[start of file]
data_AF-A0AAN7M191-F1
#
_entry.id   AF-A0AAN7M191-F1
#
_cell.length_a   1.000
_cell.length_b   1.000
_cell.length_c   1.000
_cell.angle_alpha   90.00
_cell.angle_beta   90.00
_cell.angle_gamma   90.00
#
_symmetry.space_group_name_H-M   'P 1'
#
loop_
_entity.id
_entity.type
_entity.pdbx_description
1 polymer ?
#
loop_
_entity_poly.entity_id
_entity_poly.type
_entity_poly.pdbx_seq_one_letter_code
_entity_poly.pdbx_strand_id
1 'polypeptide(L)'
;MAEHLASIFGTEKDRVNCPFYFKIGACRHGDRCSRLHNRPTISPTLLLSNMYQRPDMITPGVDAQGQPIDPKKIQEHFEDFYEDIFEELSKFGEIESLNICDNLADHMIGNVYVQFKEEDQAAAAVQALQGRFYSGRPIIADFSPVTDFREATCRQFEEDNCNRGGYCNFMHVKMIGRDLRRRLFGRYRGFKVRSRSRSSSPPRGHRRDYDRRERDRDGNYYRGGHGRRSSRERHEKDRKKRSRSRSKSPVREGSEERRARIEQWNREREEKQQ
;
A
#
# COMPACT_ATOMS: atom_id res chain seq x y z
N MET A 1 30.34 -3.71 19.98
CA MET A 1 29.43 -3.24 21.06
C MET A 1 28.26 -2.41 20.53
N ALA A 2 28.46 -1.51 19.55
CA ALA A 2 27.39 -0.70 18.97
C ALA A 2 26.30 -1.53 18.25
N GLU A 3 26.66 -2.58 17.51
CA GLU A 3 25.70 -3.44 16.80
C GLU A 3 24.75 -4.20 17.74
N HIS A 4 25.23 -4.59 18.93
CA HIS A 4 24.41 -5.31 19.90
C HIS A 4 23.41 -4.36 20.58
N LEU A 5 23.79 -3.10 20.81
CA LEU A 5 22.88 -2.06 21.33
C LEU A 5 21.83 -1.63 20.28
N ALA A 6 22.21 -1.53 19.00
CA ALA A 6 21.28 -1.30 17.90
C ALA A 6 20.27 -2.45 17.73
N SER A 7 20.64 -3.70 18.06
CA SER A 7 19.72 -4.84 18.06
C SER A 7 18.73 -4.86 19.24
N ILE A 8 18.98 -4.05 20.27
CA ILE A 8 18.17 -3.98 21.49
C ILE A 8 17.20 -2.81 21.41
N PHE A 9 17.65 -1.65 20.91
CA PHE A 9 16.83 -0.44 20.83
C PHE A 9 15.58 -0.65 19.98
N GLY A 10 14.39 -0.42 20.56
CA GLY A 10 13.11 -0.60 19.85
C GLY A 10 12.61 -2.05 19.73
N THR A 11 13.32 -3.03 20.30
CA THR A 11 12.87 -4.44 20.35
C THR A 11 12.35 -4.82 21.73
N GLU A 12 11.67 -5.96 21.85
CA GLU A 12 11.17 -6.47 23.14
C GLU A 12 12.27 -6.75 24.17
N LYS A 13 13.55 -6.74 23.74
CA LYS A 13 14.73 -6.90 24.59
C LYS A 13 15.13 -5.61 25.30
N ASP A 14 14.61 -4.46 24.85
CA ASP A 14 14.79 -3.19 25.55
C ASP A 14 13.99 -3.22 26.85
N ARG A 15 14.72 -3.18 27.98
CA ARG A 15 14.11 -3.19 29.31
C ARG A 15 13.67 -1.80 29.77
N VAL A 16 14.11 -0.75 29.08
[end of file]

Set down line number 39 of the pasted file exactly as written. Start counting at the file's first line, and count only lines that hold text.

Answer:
C GLU A 3 24.75 -4.20 17.74